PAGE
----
Jewish Entrepreneur Known as ‘Captain Sunshine’ Has Surprising Solution to Power Africa
As the Trump Administration hits the solar industry with tariffs, Josef Abramowitz gives insights into how clean energy has changed over the years — and what drives his work in Africa.
On Monday, the Trump Administration announced the U.S. would impose a 30 percent tariff on imported solar panels and washing machines. While some praised the move, many objected. “Tariffs are taxes on families,” said Senator Ben Sasse (R-NE). “You don’t fix eight years of bad energy policy with bad trade policy.”
One longtime Jewish entrepreneur sees this moment as an opportunity. Josef Abramowitz has spent over a decade seeking to develop clean energy solutions that make sense economically. Helping local communities has driven the father of five to give emerging technologies a closer look.
In recent years, his energy firm Gigawatt Global has built solar fields in the U.S. and Africa, with many more in development. A public-private partnership called Power Africa helped pioneer these efforts, which started in the war-torn nation of Rwanda. The Jewish family man began to be called “Captain Sunshine.”
Abramowitz contends the cost of solar energy is now comparable to other forms. Willing to answer tough questions, the Boston native who now lives in Israel spoke with The Stream while visiting Washington, D.C.
Powering Beyond Poverty
The Stream: What is the mission of the Power Africa initiative?
Josef Abramowitz: There has been a debate for decades: What is the best way to lift nations out of poverty? It used to center on foreign aid intervention, both charity and government aid. Those funds saved a lot of lives and helped a lot of people.
But foreign aid hasn’t really been transformative since the Marshall Plan in Europe. The U.S. government, the World Bank and others realized there is actually an unlimited amount of private equity in the world. That’s capital looking to make more money. And there’s only a limited amount of charity and foreign aid that can be given.
Maybe there’s a different way to help nations lift themselves out of poverty by using whatever limited resources we have to de-risk certain markets. Then the private sector can come in with unlimited funding. That’s the notion behind Power Africa. It’s a leverage play, with a little bit of government dollars to bring in billions in private sector money.
We have to start by looking at jobs, education and health care. Those are the key factors in alleviating poverty. The central element that tends to be missing to advance all of them is electricity. Can you really have good health care without electricity? Can you refrigerate vaccines? Can you really have good education without access to electricity and the internet? And why would you invest in industry when, half the time, there’s not any power coming on to the grid?
We need a new way of thinking about lifting nations out of poverty. Access to energy has a transformative effect on African economies. So that’s what Power Africa is.
The Stream: How has this initiative changed under the Trump Administration?
Abramowitz: We’ve seen bipartisan concern around poverty alleviation. Both Bush presidents were very involved with Africa, such as the trade deal that passed and addressing the AIDS epidemic. President Obama sustained and even increased humanitarian efforts. Under the Trump Administration, it’s evolved.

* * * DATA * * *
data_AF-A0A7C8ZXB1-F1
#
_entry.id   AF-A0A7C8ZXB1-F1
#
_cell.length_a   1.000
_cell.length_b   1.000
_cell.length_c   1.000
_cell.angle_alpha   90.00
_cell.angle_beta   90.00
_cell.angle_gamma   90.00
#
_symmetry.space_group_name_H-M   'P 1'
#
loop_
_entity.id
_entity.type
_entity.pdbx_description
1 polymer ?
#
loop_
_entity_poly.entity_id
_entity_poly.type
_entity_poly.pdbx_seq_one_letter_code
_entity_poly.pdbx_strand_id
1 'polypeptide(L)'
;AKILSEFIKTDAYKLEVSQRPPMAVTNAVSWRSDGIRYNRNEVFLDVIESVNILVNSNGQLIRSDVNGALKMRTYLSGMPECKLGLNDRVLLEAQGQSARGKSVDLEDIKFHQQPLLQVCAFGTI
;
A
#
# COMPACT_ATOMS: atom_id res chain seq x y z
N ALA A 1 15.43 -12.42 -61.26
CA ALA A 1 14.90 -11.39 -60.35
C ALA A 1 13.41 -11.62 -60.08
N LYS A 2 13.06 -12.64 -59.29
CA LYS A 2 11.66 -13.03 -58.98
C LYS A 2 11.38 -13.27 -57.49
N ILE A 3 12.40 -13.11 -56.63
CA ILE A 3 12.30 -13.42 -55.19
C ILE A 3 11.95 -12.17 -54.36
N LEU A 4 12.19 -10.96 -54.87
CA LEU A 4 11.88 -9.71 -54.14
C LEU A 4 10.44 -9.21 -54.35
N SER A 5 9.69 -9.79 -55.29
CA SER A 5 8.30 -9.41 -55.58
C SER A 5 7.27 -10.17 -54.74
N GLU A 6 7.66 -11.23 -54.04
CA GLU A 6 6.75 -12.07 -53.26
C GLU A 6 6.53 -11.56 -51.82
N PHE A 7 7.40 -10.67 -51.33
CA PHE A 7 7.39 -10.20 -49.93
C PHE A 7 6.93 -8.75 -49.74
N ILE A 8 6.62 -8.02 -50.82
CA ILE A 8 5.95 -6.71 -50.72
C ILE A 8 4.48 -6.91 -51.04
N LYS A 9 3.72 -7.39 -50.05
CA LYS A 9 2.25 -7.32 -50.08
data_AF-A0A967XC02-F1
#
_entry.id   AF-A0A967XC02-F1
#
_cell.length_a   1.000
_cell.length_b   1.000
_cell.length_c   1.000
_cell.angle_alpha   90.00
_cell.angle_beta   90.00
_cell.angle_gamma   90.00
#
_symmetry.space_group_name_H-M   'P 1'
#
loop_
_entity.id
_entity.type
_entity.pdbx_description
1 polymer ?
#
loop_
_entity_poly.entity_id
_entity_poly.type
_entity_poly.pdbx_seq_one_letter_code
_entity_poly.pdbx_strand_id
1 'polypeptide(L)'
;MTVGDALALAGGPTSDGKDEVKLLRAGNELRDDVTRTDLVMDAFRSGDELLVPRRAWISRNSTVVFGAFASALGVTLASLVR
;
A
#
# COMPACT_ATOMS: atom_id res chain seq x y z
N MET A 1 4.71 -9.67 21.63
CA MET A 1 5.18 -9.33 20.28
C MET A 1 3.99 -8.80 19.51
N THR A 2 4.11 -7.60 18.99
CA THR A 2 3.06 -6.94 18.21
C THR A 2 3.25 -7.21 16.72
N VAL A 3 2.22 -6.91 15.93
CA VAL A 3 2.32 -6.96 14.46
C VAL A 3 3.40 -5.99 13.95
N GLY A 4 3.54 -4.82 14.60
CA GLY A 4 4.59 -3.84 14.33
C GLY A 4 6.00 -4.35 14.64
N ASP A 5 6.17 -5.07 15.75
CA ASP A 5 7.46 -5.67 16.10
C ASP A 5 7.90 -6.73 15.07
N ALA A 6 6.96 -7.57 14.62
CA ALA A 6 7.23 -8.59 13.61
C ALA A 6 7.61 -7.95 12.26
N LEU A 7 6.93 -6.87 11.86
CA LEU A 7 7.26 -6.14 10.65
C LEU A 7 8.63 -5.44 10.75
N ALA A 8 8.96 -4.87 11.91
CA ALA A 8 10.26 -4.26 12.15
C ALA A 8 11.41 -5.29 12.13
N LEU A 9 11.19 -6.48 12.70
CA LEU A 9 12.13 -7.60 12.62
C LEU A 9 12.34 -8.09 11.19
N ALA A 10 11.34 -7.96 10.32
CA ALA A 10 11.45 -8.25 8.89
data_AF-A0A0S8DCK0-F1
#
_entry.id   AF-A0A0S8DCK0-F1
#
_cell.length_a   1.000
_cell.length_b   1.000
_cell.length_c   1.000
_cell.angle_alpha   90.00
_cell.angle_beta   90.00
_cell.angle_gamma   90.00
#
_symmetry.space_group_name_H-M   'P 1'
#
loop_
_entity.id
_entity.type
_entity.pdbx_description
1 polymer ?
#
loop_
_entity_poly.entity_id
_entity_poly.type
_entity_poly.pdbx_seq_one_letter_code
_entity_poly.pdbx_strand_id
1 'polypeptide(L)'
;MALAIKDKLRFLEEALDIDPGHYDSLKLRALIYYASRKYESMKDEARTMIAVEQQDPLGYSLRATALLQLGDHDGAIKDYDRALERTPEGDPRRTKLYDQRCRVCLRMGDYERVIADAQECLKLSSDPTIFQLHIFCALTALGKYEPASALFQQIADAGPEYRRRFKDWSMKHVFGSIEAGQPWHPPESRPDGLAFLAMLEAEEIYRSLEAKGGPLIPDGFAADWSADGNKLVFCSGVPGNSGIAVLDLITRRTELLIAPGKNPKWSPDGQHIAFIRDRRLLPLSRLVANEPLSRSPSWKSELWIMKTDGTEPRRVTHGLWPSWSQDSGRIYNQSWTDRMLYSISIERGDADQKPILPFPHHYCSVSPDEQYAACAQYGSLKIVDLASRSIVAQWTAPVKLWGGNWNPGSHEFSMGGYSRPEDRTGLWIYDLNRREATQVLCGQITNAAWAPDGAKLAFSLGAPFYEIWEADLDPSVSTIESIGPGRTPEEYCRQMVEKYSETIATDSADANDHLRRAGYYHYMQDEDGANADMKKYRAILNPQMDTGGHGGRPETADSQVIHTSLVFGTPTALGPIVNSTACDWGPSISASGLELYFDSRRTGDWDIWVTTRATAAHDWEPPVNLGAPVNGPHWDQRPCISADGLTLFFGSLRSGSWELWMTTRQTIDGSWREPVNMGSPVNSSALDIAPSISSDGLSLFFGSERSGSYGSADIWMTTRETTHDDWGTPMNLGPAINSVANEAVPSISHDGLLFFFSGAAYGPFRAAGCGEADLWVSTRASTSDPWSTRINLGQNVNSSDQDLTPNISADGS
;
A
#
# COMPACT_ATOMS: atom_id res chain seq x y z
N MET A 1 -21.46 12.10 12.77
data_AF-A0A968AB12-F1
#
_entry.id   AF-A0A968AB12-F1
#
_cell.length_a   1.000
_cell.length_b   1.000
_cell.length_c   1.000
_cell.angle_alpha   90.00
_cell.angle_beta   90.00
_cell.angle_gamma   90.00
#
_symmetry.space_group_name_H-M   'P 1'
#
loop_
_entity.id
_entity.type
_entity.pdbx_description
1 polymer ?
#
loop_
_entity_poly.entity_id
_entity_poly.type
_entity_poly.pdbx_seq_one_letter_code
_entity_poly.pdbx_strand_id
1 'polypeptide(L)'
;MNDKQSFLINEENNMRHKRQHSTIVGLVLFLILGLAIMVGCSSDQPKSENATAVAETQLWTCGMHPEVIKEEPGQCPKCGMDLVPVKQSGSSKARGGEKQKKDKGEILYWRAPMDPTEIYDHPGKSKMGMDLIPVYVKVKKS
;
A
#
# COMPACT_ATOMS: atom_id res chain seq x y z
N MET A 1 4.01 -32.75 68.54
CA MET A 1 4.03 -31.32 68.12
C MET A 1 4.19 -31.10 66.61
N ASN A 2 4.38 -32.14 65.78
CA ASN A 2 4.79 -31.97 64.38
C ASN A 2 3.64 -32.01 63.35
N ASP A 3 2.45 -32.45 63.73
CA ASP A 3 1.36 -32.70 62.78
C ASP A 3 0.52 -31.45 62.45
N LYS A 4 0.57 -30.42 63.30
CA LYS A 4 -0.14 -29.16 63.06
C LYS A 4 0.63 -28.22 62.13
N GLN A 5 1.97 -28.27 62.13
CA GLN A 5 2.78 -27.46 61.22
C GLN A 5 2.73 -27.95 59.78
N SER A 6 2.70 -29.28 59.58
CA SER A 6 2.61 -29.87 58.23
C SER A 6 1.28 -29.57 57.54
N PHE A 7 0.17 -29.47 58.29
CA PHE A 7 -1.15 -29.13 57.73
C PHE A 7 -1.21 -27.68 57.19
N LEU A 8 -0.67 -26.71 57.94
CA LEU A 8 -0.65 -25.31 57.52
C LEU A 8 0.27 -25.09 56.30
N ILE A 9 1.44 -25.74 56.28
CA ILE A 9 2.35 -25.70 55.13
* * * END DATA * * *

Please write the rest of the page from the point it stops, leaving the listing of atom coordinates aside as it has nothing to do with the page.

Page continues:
The word out of the White House is that President Trump has three priorities for Africa. I’ll give you a bit of a scoop from a well-placed source. First, their policies will focus on empowerment of women. That’s very interesting and the right thing to do from a development perspective. Second, it is U.S. jobs. They want to prioritize the inclusion of U.S. hardware, consultants and services.
Third, they want to blunt the spread of Islamic jihadism on the continent. Terrorists are trying to relocate from other places where the U.S. has a strong military footprint. They’re trying to recruit others to do harm. The Africa policy is centered on those three policy directives.
Changing Lives at Home and Abroad
The Stream: This summer will mark the fifth anniversary of Power Africa. Could you share about your first project in Rwanda and the progress since then?
Abramowitz: They had this notion of leveraging a little bit of money to get a lot of money into electrification. It was a good idea but an unproven concept. The first success under Power Africa is a solar field at the Agahozo-Shalom Youth Village.
This village in Rwanda houses orphans who lost parents during the genocide. This is a country that experienced great darkness, as the Jewish people have. It’s built on an Israeli model of youth villages that were set up after the Holocaust to take in orphans. It isn’t just housing; this village has become a place of leadership development.
This 8.5 megawatt solar field in Rwanda is the first one in sub-Sahara Africa. It supplies six percent of the country’s generation capacity. They look to Israel as a model. President Kagame saw that I had put together the team that built the Israeli solar industry. Gigawatt Global is an American-owned Dutch developer, with a research headquarters in Jerusalem. We’re kind of a hybrid.
The way Power Africa works, we got a grant from the Overseas Private Investment Corporation or OPIC. We got a little bit of European grant money. For every dollar in grant money that we got, we were able to marshal 23 dollars in private sector project finance. That’s great leverage.
It’s supporting an ally of the U.S. and Israel in Africa. We proved it works. Now a lot of people are working in Africa because they’ve seen it can work.
The Stream: You and your wife Rabbi Susan Silverman have adopted two children from Ethiopia. Is there a personal aspect to your work in Africa?